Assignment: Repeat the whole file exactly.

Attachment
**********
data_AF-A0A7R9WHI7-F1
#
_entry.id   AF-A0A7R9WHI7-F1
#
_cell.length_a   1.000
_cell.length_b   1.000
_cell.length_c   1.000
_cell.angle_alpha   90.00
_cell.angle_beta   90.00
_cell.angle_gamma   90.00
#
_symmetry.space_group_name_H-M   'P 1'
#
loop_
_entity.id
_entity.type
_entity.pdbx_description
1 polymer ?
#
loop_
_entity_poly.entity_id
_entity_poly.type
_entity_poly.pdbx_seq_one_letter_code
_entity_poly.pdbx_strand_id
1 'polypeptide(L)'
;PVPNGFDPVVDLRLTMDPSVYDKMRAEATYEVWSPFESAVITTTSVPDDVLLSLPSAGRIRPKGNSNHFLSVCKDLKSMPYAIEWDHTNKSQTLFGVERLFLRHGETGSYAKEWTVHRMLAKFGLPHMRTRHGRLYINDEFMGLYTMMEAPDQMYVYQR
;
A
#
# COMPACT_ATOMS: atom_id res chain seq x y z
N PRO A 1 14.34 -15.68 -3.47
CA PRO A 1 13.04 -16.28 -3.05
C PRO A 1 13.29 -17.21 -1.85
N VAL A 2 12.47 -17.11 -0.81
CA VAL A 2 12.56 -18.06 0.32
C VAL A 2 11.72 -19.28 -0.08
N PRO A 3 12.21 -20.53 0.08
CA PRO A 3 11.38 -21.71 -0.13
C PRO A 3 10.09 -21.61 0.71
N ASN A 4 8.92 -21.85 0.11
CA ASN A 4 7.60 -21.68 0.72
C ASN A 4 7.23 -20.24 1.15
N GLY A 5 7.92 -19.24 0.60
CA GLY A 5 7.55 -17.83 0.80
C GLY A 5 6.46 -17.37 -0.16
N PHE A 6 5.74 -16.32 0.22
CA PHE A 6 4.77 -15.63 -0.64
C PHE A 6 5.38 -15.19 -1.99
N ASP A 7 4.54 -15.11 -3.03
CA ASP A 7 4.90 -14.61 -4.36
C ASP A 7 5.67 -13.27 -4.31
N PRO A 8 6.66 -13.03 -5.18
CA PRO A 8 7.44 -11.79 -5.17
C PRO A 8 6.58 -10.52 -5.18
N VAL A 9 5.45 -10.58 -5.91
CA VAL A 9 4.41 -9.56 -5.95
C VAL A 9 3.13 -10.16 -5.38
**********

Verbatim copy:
data_AF-A0A7R9WHI7-F1
#
_entry.id   AF-A0A7R9WHI7-F1
#
_cell.length_a   1.000
_cell.length_b   1.000
_cell.length_c   1.000
_cell.angle_alpha   90.00
_cell.angle_beta   90.00
_cell.angle_gamma   90.00
#
_symmetry.space_group_name_H-M   'P 1'
#
loop_
_entity.id
_entity.type
_entity.pdbx_description
1 polymer ?
#
loop_
_entity_poly.entity_id
_entity_poly.type
_entity_poly.pdbx_seq_one_letter_code
_entity_poly.pdbx_strand_id
1 'polypeptide(L)'
;PVPNGFDPVVDLRLTMDPSVYDKMRAEATYEVWSPFESAVITTTSVPDDVLLSLPSAGRIRPKGNSNHFLSVCKDLKSMPYAIEWDHTNKSQTLFGVERLFLRHGETGSYAKEWTVHRMLAKFGLPHMRTRHGRLYINDEFMGLYTMMEAPDQMYVYQR
;
A
#
# COMPACT_ATOMS: atom_id res chain seq x y z
N PRO A 1 14.34 -15.68 -3.47
CA PRO A 1 13.04 -16.28 -3.05
C PRO A 1 13.29 -17.21 -1.85
N VAL A 2 12.47 -17.11 -0.81
CA VAL A 2 12.56 -18.06 0.32
C VAL A 2 11.72 -19.28 -0.08
N PRO A 3 12.21 -20.53 0.08
CA PRO A 3 11.38 -21.71 -0.13
C PRO A 3 10.09 -21.61 0.71
N ASN A 4 8.92 -21.85 0.11
CA ASN A 4 7.60 -21.68 0.72
C ASN A 4 7.23 -20.24 1.15
N GLY A 5 7.92 -19.24 0.60
CA GLY A 5 7.55 -17.83 0.80
C GLY A 5 6.46 -17.37 -0.16
N PHE A 6 5.74 -16.32 0.22
CA PHE A 6 4.77 -15.63 -0.64
C PHE A 6 5.38 -15.19 -1.99
N ASP A 7 4.54 -15.11 -3.03
CA ASP A 7 4.90 -14.61 -4.36
C ASP A 7 5.67 -13.27 -4.31
N PRO A 8 6.66 -13.03 -5.18
CA PRO A 8 7.44 -11.79 -5.17
C PRO A 8 6.58 -10.52 -5.18
N VAL A 9 5.45 -10.58 -5.91
CA VAL A 9 4.41 -9.56 -5.95
C VAL A 9 3.13 -10.16 -5.38